Within an international context, it is important to know whether or not your company is judged to be operating a so-called ‘permanent establishment’ in another Contracting State in order to determine where its realized profits will be taxed.
The OECD Model Tax Convention defines the term ‘permanent establishment’ in article 5. When nations within a bilateral context reach some form of tax agreement, this model generally serves as their starting point.
Let us illustrate this with an example.


Imagine that a Luxembourg company concludes a service agreement with a number of Belgian clients that requires personnel from the Luxembourg concern to become physically employed on the premises of the Belgian companies.
Based on the Double Tax Treaty (DTT) between Luxembourg and Belgium, the Belgian Tax Office may decide whether or not there is question here of a permanent establishment in Belgium on the part of the Luxembourg enterprise. If that is the case, the generated profits will have to be taxed in Belgium (rather than in Luxembourg).

Double Tax Treaty: permanent establishment

Article 5 of the Double Tax Treaty between Belgium and Luxembourg describes a permanent establishment as a fixed place of business through which the business of an enterprise is wholly or partially carried on.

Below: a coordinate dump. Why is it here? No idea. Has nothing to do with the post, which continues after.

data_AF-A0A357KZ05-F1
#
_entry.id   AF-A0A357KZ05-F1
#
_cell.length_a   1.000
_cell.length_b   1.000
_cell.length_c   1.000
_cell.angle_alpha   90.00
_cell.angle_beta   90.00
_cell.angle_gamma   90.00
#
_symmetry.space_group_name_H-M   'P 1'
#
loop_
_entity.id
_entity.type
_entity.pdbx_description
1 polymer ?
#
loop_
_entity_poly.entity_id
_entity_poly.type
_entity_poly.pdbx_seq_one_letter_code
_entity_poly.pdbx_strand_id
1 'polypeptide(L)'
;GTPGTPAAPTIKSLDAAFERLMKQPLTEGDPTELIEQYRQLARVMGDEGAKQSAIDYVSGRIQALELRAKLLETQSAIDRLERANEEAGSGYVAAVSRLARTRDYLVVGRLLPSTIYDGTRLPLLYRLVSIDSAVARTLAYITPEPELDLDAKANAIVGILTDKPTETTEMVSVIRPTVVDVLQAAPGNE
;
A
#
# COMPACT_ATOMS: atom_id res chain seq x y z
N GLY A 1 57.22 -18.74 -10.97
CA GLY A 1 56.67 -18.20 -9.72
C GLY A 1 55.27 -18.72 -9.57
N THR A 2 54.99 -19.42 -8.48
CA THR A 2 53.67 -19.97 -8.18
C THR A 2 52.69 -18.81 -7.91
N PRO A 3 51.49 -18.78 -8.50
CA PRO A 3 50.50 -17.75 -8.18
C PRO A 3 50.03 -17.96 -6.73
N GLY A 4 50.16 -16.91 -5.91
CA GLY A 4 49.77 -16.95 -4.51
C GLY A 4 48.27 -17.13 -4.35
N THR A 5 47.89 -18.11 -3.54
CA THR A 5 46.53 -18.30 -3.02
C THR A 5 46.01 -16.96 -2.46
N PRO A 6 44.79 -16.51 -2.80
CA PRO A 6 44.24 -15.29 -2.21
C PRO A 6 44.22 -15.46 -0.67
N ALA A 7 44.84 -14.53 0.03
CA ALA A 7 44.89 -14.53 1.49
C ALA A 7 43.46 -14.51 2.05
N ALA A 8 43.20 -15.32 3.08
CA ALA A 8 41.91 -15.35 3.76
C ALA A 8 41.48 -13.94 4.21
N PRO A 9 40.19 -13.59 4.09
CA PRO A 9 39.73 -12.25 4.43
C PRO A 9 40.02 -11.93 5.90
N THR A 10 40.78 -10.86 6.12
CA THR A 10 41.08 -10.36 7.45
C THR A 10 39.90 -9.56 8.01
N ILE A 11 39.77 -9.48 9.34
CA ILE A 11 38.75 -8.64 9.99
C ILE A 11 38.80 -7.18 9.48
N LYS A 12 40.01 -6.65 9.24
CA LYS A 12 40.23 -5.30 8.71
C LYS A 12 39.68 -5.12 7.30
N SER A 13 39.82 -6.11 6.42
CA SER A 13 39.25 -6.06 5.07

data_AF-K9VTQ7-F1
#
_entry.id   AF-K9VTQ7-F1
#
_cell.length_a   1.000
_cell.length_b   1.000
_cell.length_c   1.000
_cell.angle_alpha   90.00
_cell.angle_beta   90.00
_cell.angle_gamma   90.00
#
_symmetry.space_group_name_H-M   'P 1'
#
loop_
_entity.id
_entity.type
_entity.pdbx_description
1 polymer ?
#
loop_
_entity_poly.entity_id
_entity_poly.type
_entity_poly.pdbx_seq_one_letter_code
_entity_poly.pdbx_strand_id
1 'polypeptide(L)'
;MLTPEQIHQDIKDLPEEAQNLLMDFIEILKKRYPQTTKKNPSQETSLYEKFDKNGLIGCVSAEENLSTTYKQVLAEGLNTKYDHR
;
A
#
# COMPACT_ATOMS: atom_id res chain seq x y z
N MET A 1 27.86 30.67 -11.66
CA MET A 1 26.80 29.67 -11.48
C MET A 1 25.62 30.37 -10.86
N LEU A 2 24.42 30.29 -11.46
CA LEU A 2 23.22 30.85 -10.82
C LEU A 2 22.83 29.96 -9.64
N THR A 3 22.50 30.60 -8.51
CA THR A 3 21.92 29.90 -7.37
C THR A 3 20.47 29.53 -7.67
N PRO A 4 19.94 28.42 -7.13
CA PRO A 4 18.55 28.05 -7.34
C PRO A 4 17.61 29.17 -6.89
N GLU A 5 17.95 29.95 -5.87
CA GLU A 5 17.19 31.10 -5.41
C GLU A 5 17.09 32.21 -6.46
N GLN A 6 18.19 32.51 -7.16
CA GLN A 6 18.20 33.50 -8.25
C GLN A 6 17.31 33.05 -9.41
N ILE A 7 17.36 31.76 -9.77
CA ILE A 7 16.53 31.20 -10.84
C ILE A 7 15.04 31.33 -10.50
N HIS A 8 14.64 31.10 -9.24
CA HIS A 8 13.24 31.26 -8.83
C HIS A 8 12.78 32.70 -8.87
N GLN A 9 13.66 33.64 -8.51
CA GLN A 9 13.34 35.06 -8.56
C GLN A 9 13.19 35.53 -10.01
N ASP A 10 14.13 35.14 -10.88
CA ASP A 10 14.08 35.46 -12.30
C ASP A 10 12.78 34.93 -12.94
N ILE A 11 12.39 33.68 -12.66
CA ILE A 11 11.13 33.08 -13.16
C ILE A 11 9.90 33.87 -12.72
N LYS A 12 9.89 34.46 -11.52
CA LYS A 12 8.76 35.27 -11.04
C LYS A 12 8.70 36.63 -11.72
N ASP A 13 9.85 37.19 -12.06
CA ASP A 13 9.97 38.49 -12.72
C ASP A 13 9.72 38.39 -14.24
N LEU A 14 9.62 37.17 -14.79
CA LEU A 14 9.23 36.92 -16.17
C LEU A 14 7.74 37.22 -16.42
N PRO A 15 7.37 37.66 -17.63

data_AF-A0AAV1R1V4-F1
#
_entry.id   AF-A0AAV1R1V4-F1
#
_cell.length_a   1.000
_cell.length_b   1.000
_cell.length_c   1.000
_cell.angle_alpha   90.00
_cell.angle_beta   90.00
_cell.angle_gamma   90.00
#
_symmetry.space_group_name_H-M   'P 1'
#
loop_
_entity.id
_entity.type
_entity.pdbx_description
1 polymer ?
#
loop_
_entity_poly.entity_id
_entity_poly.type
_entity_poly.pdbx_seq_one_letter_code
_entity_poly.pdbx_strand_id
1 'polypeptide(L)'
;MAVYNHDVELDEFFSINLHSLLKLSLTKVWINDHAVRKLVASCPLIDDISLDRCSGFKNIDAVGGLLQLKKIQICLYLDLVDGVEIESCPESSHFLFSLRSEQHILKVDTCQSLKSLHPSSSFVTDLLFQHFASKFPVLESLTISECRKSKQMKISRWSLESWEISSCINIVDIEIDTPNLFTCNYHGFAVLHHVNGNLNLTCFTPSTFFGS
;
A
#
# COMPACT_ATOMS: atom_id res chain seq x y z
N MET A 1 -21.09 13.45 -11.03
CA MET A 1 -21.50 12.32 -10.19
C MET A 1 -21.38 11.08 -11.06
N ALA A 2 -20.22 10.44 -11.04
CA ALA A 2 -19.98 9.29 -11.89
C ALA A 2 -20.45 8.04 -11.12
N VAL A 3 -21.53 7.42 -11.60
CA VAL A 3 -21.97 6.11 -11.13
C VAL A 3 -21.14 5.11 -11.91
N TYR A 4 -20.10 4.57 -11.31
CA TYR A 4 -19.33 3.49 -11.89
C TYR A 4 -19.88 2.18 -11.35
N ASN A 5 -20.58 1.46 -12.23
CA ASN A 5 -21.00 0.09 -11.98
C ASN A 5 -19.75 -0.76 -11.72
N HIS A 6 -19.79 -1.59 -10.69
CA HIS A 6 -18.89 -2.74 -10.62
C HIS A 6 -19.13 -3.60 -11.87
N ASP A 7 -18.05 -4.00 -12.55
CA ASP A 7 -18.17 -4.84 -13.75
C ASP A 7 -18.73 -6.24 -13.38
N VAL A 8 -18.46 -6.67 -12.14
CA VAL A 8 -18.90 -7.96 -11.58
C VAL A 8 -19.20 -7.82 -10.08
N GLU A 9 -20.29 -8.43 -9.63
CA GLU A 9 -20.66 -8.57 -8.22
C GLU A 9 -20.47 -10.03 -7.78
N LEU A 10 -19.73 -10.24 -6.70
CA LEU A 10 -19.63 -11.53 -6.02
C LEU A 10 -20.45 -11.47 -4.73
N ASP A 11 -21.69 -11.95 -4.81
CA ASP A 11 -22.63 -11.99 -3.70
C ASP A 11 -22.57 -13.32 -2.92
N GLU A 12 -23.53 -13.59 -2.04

More specifically, this is defined as:

1° a place of management;
2° a branch;
3° an office;
4° a factory;
5° a workshop;
6° a mine, quarry or other place of extraction of natural resources;
7° a building site or construction or assembly project which exists for more than six months.

Factual assessment

Whether there can effectively be question of a permanent establishment is not infrequently merely a question of actual fact.
In the case before the Appeals Court of Liège of 20 May 2015, it was described within a service agreement in which manner the personnel of a Luxembourg company would be employed in the workplaces of the various Belgian contracting partners. For instance, specific agreements were concluded concerning the personnel’s working hours, the separate rooms in which they would be carrying out their activities, the hygienic conditions, and the like.
Moreover, the daily activities would be conducted for more than one year and a half on the premises of the Belgian clients.

Decision by the Appeals Court

On the grounds of all such factual observations, the Appeals Court ruled that there was, de facto, clear evidence of a “permanent establishment” within Belgium and judged it irrelevant that the Luxembourg company was carrying on activities on different locations. Ergo, it suffices that there exists a permanent establishment where a company conducts its operations either wholly or in part.

Source: Liège 20 May 2015, Fiscale Koerier 2015/17, pp. 827 – 831.